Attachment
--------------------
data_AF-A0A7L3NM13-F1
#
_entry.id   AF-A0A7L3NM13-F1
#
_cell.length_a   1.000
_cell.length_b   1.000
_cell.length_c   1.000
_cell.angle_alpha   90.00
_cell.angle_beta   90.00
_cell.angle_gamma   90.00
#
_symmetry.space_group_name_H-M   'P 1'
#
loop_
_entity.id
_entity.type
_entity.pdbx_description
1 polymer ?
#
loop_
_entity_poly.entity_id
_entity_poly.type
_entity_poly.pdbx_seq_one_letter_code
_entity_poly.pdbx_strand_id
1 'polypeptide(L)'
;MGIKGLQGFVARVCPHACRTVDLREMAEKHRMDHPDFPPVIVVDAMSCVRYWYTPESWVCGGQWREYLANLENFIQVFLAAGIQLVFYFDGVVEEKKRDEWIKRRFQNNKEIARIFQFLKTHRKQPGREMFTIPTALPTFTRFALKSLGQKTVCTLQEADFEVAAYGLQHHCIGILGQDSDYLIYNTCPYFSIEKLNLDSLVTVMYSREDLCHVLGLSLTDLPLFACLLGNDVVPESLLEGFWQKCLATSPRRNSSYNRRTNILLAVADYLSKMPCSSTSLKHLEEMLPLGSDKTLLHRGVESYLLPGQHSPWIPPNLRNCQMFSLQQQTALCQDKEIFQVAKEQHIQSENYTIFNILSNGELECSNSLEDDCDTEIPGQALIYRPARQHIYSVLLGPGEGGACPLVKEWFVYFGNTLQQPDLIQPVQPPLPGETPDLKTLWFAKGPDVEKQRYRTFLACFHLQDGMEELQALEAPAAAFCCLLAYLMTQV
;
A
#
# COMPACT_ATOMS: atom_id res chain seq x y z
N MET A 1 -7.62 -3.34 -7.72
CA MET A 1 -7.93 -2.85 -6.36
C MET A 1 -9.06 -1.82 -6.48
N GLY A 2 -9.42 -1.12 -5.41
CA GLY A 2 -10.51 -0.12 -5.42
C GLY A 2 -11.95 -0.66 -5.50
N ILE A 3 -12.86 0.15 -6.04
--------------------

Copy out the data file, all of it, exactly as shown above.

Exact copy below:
data_AF-A0A7L3NM13-F1
#
_entry.id   AF-A0A7L3NM13-F1
#
_cell.length_a   1.000
_cell.length_b   1.000
_cell.length_c   1.000
_cell.angle_alpha   90.00
_cell.angle_beta   90.00
_cell.angle_gamma   90.00
#
_symmetry.space_group_name_H-M   'P 1'
#
loop_
_entity.id
_entity.type
_entity.pdbx_description
1 polymer ?
#
loop_
_entity_poly.entity_id
_entity_poly.type
_entity_poly.pdbx_seq_one_letter_code
_entity_poly.pdbx_strand_id
1 'polypeptide(L)'
;MGIKGLQGFVARVCPHACRTVDLREMAEKHRMDHPDFPPVIVVDAMSCVRYWYTPESWVCGGQWREYLANLENFIQVFLAAGIQLVFYFDGVVEEKKRDEWIKRRFQNNKEIARIFQFLKTHRKQPGREMFTIPTALPTFTRFALKSLGQKTVCTLQEADFEVAAYGLQHHCIGILGQDSDYLIYNTCPYFSIEKLNLDSLVTVMYSREDLCHVLGLSLTDLPLFACLLGNDVVPESLLEGFWQKCLATSPRRNSSYNRRTNILLAVADYLSKMPCSSTSLKHLEEMLPLGSDKTLLHRGVESYLLPGQHSPWIPPNLRNCQMFSLQQQTALCQDKEIFQVAKEQHIQSENYTIFNILSNGELECSNSLEDDCDTEIPGQALIYRPARQHIYSVLLGPGEGGACPLVKEWFVYFGNTLQQPDLIQPVQPPLPGETPDLKTLWFAKGPDVEKQRYRTFLACFHLQDGMEELQALEAPAAAFCCLLAYLMTQV
;
A
#
# COMPACT_ATOMS: atom_id res chain seq x y z
N MET A 1 -7.62 -3.34 -7.72
CA MET A 1 -7.93 -2.85 -6.36
C MET A 1 -9.06 -1.82 -6.48
N GLY A 2 -9.42 -1.12 -5.41
CA GLY A 2 -10.51 -0.12 -5.42
C GLY A 2 -11.95 -0.66 -5.50
N ILE A 3 -12.86 0.15 -6.04